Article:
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U.K. Vioxx victims denied chance to take Drug Company to court in the U.S.

UK Vioxx victims


A court in the US state of New Jersey has declined an application for UK citizens, who claim that they have been harmed as a result of taking the arthritis drug Vioxx, to bring their cases against Merck & Co, the company that made the drug, in the U.S courts.

An application to The Honourable Carol E. Higbee, Judge of the Superior Court of the State of New Jersey, the state in which Merck are based, was declined yesterday (October 5 2006).

Merck removed Vioxx from the market in September 2004 when a long-term study showed it increased the risk of heart attack or stroke.

Lawyers representing victims of the drug have alleged that the drug was rushed onto the market without adequate testing.

It is argued that Merck had calculated that Vioxx was worth $889 million a year in sales if it reached the market first, and only $278 million if it followed Celebrex, a similar arthritis drug manufactured by rival pharmaceutical company Pfizer. Vioxx eventually reached $2.5 billion in annual sales before it was withdrawn.

Merck has consistently challenged the right of UK citizens to take legal action in the US over Vioxx.

Although UK claimants are entitled to commence legal proceedings in a US court, the court may decline to "accept" the cases if it considers it would be more convenient or suitable for the claimants to bring their cases to court in another state or country.

UK Vioxx claims

Sallie Booth from Irwin Mitchell solicitors, which represents nearly 100 claimants in the UK, said "This is hugely disappointing for UK victims of this drug. Whilst they should not be forced to look to a foreign jurisdiction to determine their cases, the restricted availability of funding for claimants in group actions in this country, especially public funding is having the effect of denying these people proper access to justice.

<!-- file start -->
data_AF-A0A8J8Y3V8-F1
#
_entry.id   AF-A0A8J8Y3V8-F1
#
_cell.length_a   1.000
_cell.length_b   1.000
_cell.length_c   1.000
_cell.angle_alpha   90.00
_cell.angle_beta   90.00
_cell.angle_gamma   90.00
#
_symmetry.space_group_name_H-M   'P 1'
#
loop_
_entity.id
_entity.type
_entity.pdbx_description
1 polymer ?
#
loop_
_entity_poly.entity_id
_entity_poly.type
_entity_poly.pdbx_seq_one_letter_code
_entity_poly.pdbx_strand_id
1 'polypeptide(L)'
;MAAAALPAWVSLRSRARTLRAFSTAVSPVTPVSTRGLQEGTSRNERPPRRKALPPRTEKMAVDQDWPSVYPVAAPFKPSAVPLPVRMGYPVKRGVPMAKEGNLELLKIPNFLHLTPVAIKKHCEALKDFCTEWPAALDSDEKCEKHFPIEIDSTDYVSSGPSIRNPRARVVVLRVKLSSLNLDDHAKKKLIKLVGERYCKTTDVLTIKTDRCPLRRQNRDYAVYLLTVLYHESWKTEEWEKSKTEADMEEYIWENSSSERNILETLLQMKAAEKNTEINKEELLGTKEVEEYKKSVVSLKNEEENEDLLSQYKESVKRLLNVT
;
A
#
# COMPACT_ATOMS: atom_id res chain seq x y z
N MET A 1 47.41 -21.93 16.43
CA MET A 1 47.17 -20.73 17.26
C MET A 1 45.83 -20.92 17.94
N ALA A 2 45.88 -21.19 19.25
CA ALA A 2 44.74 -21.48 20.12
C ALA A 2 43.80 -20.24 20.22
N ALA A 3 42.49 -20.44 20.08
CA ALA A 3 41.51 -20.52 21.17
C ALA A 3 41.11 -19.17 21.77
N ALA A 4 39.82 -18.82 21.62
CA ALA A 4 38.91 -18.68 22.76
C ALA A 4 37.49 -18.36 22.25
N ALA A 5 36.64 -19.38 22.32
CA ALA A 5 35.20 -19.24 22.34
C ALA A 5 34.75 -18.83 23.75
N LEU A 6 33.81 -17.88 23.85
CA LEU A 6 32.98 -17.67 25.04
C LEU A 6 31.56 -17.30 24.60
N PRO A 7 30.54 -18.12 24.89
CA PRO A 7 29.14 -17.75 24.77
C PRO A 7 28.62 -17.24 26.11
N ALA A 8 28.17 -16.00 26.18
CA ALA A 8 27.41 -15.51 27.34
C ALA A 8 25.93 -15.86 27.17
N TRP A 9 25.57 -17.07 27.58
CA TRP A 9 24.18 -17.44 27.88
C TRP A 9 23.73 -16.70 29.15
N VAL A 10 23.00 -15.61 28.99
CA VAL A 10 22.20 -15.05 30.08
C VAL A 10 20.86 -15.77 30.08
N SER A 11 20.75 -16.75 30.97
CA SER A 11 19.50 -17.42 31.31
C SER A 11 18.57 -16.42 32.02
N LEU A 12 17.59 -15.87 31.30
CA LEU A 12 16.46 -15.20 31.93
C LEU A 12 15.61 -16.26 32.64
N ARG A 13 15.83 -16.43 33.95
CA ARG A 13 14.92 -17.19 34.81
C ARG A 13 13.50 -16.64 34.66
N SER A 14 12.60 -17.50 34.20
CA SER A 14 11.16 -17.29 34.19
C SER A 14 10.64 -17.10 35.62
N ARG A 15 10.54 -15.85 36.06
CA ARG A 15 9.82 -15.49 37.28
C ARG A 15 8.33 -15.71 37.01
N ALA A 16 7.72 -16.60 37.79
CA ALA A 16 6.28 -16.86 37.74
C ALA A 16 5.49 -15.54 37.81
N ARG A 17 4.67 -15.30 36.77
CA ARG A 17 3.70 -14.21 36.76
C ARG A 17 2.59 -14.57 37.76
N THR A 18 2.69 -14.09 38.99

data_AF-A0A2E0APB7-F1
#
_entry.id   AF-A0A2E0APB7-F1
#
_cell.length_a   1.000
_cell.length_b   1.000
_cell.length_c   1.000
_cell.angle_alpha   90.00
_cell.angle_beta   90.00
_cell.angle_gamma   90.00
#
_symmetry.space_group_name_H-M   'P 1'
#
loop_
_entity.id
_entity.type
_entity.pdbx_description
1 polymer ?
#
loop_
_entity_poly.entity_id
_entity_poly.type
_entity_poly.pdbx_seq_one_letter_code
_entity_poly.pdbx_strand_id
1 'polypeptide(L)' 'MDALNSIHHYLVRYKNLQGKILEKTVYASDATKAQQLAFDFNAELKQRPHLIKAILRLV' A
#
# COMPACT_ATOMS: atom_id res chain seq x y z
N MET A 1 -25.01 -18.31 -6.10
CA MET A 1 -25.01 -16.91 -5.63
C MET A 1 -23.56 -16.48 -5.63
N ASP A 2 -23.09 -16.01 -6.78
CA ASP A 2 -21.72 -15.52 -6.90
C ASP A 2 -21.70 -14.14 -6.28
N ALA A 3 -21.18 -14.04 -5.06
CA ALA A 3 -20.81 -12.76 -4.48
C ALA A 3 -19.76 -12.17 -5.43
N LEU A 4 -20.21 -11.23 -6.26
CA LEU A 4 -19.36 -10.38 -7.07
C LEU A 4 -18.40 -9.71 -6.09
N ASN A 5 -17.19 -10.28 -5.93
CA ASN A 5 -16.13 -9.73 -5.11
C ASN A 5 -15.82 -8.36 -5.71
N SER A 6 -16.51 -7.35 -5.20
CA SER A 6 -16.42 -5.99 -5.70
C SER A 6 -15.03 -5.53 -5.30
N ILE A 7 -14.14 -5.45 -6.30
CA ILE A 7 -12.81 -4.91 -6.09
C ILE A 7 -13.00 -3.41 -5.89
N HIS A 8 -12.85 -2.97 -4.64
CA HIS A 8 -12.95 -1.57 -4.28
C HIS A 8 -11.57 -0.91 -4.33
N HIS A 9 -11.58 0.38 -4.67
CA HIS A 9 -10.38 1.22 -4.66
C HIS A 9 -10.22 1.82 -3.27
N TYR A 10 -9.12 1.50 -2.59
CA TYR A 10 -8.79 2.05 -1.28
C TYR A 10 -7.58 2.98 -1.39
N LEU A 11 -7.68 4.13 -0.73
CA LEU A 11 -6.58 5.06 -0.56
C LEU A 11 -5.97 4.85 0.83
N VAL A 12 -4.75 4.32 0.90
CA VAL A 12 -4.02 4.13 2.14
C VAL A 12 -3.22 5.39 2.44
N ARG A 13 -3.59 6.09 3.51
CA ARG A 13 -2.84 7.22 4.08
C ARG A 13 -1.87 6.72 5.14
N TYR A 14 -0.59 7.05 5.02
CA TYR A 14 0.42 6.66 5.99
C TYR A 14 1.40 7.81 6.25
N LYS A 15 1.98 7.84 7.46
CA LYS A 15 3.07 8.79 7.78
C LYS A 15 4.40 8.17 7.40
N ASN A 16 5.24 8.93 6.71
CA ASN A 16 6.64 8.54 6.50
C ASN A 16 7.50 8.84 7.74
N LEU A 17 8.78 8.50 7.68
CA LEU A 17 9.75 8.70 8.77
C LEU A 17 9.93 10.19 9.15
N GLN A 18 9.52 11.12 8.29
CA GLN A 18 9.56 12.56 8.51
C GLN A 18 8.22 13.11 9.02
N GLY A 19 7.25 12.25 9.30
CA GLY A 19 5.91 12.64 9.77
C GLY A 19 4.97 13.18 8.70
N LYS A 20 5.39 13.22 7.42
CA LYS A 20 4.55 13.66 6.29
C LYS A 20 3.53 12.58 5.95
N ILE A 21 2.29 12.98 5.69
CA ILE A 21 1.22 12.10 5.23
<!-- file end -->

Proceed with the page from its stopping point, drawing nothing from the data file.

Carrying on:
Ms Booth continued "However we will now carefully review all alternative options for our clients."

"Drug Companies must realise the huge responsibility they have to produce safe and reliable drugs. Profit cannot come before safety, their very business is to produce the solution they must not become the problem."

In the first case brought against Merck a Texas jury found pharmaceutical giant Merck & Co liable for the death of Robert Ernst (59), awarding his widow $253.4 million in damages. Mr Ernst, a produce manager at a Wal-Mart store, ran marathons and taught aerobics classes.

The second state case, which concluded in New Jersey in November 2005, found in favour of the manufacturers Merck. The claimant, Mr Humeston, was taking Vioxx for just 2 months before he became ill but his lawyers could not convince the jury that the drug was to blame.

The third claim and first federal case took place in the New Orleans Federal Court (sitting in Houston Texas as a result of Hurricane Katrina) was brought in February 2006 by Evelyn Plunkett following the death of her husband from a heart attack in 2001. Mr Plunkett had only taken Vioxx medication for 1 month before he died. The outcome of the original trial was a mistrial. At a subsequent hearing, the jury found that Merck was not responsible for the death of Mr Plunkett, was not negligent and did not provide inadequate warnings about Vioxx. Instead, Merck argued that Mr Plunkett's age, gender and obesity were causal of his heart attack.

The latest Vioxx case to be heard in the US concluded on 5th April 2006 in Merck's home state of New Jersey and delivered a split decision. The jury concluded that Vioxx was the cause of plaintiff John McDarby's heart attack and ordered the company to pay $4.5 m (£2.5) in compensation.

However the jury decided not to award compensation to the second plaintiff Thomas Cona, who claimed he took Vioxx for just under 2 years before his heart attack, but had only three prescriptions for the medicine over that time.

Do you have a claim? If you or someone you know has been affected by a similar case of being denied drugs for treatment, our solicitors can help. Visit our public law section.